How to Tell If Your Child Has a Drug or Alcohol Problem

How to Tell If Your Child Has a Drug or Alcohol Problem

Joanna Conti
Originally Posted:
Sep 22, 2015


If you’re worried that your child may have a problem with drugs or alcohol, there’s a good chance your suspicions are correct.  While there are undoubtedly parents who worry unnecessarily, far more parents are clueless about how much and how often their kids are getting drunk or high.

The statistics on teen alcohol and drug use are scary.  According to the CDC’s 2013 Youth Risk Behavior Surveillance report, about 47% of 12th graders are drinking alcohol at least once per month, and 29.2% are binge drinking (having 5 or more drinks within a couple of hours) regularly.  In addition, 27.7% of 12th graders are using marijuana at least once per month and 21.3% have used a prescription drug (such as Oxycontin, Percocet, Vicodin, Codeine, Adderall, Ritalin or Xanax) that was not prescribed to them at least once.

For some parents, the warning signs are fairly obvious – your child comes home drunk or high, or you’ve found drug paraphernalia in their room.  However, the warning signs aren’t always as clear.  You know your child better than anyone, and you need to trust your instincts about whether they’re in trouble.

Many parents explain away the early signs of drug or alcohol problems by thinking it is just typical teenage behavior.  And, yes, if your son or daughter is being argumentative and distancing themselves from their parents, it could mean nothing.  However, major changes in interests, behavior, friends and appearance are likely to be a symptom of a deeper problem.   Here are some of the most common indicators of alcohol or drug abuse:

  • Changes in appetite, sleep patterns or general health:  Both sudden weight loss and weight gain can accompany heavy drug or alcohol use, as can a new and unexplained chronic cough.  Frequent nosebleeds could be related to snorting meth or cocaine.  Nodding off is a common side effect of opioid or heroin use.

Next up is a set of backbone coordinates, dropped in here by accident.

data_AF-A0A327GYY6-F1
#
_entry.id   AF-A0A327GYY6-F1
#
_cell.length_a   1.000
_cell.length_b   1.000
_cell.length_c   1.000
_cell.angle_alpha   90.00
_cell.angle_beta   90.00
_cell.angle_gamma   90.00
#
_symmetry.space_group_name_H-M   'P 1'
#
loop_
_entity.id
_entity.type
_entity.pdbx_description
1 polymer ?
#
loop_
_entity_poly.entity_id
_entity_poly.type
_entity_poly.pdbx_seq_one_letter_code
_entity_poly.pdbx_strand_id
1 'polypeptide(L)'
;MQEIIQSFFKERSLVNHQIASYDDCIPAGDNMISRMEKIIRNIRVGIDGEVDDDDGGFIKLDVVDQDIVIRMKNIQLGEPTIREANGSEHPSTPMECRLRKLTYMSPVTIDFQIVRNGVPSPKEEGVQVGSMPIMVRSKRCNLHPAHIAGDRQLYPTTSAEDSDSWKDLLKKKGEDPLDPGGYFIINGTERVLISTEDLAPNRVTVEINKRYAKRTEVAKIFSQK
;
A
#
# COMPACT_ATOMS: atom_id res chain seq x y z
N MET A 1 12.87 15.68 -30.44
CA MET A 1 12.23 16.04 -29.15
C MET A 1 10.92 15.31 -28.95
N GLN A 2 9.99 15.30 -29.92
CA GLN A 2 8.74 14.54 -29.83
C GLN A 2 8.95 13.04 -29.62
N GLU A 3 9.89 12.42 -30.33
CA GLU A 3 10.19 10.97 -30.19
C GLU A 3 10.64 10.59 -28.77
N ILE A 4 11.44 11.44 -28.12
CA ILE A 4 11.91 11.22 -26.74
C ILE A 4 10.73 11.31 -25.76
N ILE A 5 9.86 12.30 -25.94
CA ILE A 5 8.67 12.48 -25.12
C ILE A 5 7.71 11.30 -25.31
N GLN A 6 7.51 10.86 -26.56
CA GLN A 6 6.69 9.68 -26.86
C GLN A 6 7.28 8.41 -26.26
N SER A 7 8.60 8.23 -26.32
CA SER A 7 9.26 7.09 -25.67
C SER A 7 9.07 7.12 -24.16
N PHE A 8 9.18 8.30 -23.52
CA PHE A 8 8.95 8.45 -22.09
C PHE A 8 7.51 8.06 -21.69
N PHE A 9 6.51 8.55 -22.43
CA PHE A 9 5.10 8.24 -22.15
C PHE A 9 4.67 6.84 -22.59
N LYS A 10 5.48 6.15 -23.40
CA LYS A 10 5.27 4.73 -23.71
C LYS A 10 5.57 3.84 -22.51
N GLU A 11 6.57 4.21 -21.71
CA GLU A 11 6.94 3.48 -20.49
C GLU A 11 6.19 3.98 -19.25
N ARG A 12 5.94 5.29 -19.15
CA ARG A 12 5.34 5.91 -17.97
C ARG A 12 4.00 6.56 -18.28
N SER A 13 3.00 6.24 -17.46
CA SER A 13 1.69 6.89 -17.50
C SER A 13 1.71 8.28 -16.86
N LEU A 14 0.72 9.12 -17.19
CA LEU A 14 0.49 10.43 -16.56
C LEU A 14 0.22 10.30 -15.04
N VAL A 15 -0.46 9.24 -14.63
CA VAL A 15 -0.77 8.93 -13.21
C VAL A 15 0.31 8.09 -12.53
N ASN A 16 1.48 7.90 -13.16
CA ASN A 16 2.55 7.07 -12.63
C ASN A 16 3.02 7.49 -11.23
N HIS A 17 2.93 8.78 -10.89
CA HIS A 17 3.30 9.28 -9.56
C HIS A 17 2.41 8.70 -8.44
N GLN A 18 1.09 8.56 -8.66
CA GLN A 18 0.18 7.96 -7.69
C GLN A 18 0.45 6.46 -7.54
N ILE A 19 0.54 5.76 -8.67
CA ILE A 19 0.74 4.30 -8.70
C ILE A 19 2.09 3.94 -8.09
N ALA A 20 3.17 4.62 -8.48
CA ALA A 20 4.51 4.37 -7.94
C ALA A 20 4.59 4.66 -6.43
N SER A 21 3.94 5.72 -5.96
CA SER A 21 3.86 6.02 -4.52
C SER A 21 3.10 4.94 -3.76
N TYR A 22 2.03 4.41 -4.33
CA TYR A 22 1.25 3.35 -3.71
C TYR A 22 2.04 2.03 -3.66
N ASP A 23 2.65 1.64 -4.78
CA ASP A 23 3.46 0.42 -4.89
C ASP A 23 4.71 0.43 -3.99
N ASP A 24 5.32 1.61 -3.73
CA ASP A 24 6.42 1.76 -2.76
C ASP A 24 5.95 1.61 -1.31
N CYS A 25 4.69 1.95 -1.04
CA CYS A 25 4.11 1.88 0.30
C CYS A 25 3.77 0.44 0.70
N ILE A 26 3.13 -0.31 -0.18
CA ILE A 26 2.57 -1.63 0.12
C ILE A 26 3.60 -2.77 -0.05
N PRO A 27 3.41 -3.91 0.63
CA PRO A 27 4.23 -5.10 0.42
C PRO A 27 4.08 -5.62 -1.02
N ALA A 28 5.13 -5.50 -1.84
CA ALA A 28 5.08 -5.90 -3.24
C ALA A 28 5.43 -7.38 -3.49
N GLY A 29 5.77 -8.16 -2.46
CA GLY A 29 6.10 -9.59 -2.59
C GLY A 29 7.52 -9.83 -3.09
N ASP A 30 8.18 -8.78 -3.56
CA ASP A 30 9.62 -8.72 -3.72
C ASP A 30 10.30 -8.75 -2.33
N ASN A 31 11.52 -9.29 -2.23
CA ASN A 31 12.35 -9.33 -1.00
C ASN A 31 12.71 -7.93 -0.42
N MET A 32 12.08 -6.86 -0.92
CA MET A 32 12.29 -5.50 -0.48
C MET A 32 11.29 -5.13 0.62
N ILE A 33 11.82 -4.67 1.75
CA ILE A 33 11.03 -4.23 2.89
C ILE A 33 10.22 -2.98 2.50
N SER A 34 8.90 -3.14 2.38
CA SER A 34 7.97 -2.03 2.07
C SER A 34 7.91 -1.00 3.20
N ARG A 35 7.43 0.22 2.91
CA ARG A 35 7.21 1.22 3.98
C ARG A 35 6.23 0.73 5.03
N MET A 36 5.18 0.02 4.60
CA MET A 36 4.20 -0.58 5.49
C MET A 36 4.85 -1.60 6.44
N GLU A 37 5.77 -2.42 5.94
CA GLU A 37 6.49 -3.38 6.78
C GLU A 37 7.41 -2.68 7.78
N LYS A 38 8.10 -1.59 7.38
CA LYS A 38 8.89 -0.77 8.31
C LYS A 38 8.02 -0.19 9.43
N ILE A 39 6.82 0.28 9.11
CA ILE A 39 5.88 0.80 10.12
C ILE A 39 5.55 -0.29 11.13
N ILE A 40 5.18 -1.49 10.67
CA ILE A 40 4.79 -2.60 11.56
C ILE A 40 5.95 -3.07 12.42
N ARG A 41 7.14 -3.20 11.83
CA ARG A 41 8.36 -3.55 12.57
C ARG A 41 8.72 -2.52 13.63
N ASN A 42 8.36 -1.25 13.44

• Changes in interests and friends:   Has your child stopped playing a sport they loved or lost interest in a hobby or activity that used to engross them?  Have the friends they’re hanging around with changed dramatically?  Have they withdrawn from family relationships they used to value?  Any of these can indicate escalating drug or alcohol use.
  • Major drop in academic performance:  If your child’s grades have suddenly plummeted, this can be a sign that they are skipping class or have lost their ability to focus on their school work.
  • Changes in appearance:  A sharp decline in personal grooming, bloodshot or glassy eyes, or pupils that are smaller or larger than normal should all be cause for alarm.
  • Acting strange:  Sudden personality or mood changes, extreme emotional highs and lows, hyperactive or lethargic behavior, incoherent or slurred speech, sudden coordination issues, and shakes, tremors or seizures are strong indicators that something is wrong.
  • Suspicious behavior:  Are they engaging in secretive or suspicious behavior, such as locking doors and avoiding eye contact?  Are they staying out much later than normal or sneaking out of the house?
  • Unusual smells:  Do you sometimes notice strange smells on your child, his clothes, or in his room?  Are they using incense, perfume or air freshener to hide the smell of smoke or drugs?
  • Missing money, valuables or prescription drugs:  Most teenagers start using opiates by raiding their parent’s or a friend’s parent’s medicine cabinet.  Once their drug or alcohol use expands beyond what they can get for free, some kids start stealing to support their habit.

If any of these indicators applies to your son or daughter, please don’t ignore the problem.  Drug and alcohol abuse kills.  In the United States, an average of 368 people die of alcohol or drug abuse every single day. 

If you suspect your child is in danger, educate yourself, consider talking with a counselor experienced with addiction issues, and choose a quiet time to have a calm, serious, loving conversation with your child about their drug or alcohol use.  The Partnership for Drug-Free Kids has prepared an excellent, 11-page guide you may find helpful called Intervention eBook:  What to do if your child is drinking or using drugs.    


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